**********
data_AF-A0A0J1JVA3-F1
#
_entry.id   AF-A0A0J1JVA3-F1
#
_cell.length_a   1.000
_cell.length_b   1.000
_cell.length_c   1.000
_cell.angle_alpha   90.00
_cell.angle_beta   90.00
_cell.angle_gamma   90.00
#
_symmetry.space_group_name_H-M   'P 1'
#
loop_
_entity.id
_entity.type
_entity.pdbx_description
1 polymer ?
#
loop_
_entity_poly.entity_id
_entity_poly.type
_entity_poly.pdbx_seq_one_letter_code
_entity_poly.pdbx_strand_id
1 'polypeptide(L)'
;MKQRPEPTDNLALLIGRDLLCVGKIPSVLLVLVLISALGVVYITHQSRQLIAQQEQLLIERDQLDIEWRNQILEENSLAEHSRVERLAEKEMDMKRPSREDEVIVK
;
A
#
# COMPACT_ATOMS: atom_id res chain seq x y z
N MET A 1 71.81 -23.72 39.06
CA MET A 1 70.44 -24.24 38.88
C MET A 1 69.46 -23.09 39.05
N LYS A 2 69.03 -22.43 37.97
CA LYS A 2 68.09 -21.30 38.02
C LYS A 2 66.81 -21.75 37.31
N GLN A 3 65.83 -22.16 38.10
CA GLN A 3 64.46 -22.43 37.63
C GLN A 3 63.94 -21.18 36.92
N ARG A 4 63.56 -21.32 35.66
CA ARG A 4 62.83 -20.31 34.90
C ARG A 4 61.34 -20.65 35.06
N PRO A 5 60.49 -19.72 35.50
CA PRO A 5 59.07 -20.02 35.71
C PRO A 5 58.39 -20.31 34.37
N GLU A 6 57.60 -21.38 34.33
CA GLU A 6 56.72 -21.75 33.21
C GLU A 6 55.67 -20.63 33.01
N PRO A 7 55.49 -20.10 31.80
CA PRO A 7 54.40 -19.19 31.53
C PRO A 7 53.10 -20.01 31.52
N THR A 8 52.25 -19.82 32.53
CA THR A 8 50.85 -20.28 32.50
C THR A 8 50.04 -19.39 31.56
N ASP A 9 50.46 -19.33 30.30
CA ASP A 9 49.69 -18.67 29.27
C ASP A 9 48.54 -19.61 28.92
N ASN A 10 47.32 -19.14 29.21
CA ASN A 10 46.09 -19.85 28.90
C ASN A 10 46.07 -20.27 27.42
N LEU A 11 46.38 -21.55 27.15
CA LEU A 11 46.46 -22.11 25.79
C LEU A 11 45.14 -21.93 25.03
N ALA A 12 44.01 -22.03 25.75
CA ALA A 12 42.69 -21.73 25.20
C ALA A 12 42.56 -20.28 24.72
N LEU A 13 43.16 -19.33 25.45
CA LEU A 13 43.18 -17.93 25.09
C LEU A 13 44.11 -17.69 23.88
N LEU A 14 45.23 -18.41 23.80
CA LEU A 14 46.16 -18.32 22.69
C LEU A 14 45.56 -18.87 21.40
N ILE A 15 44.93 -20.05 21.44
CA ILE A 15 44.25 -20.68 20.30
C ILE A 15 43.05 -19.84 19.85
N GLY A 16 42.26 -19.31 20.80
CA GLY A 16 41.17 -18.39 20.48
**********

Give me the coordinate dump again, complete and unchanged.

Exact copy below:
data_AF-A0A0J1JVA3-F1
#
_entry.id   AF-A0A0J1JVA3-F1
#
_cell.length_a   1.000
_cell.length_b   1.000
_cell.length_c   1.000
_cell.angle_alpha   90.00
_cell.angle_beta   90.00
_cell.angle_gamma   90.00
#
_symmetry.space_group_name_H-M   'P 1'
#
loop_
_entity.id
_entity.type
_entity.pdbx_description
1 polymer ?
#
loop_
_entity_poly.entity_id
_entity_poly.type
_entity_poly.pdbx_seq_one_letter_code
_entity_poly.pdbx_strand_id
1 'polypeptide(L)'
;MKQRPEPTDNLALLIGRDLLCVGKIPSVLLVLVLISALGVVYITHQSRQLIAQQEQLLIERDQLDIEWRNQILEENSLAEHSRVERLAEKEMDMKRPSREDEVIVK
;
A
#
# COMPACT_ATOMS: atom_id res chain seq x y z
N MET A 1 71.81 -23.72 39.06
CA MET A 1 70.44 -24.24 38.88
C MET A 1 69.46 -23.09 39.05
N LYS A 2 69.03 -22.43 37.97
CA LYS A 2 68.09 -21.30 38.02
C LYS A 2 66.81 -21.75 37.31
N GLN A 3 65.83 -22.16 38.10
CA GLN A 3 64.46 -22.43 37.63
C GLN A 3 63.94 -21.18 36.92
N ARG A 4 63.56 -21.32 35.66
CA ARG A 4 62.83 -20.31 34.90
C ARG A 4 61.34 -20.65 35.06
N PRO A 5 60.49 -19.72 35.50
CA PRO A 5 59.07 -20.02 35.71
C PRO A 5 58.39 -20.31 34.37
N GLU A 6 57.60 -21.38 34.33
CA GLU A 6 56.72 -21.75 33.21
C GLU A 6 55.67 -20.63 33.01
N PRO A 7 55.49 -20.10 31.80
CA PRO A 7 54.40 -19.19 31.53
C PRO A 7 53.10 -20.01 31.52
N THR A 8 52.25 -19.82 32.53
CA THR A 8 50.85 -20.28 32.50
C THR A 8 50.04 -19.39 31.56
N ASP A 9 50.46 -19.33 30.30
CA ASP A 9 49.69 -18.67 29.27
C ASP A 9 48.54 -19.61 28.92
N ASN A 10 47.32 -19.14 29.21
CA ASN A 10 46.09 -19.85 28.90
C ASN A 10 46.07 -20.27 27.42
N LEU A 11 46.38 -21.55 27.15
CA LEU A 11 46.46 -22.11 25.79
C LEU A 11 45.14 -21.93 25.03
N ALA A 12 44.01 -22.03 25.75
CA ALA A 12 42.69 -21.73 25.20
C ALA A 12 42.56 -20.28 24.72
N LEU A 13 43.16 -19.33 25.45
CA LEU A 13 43.18 -17.93 25.09
C LEU A 13 44.11 -17.69 23.88
N LEU A 14 45.23 -18.41 23.80
CA LEU A 14 46.16 -18.32 22.69
C LEU A 14 45.56 -18.87 21.40
N ILE A 15 44.93 -20.05 21.44
CA ILE A 15 44.25 -20.68 20.30
C ILE A 15 43.05 -19.84 19.85
N GLY A 16 42.26 -19.31 20.80
CA GLY A 16 41.17 -18.39 20.48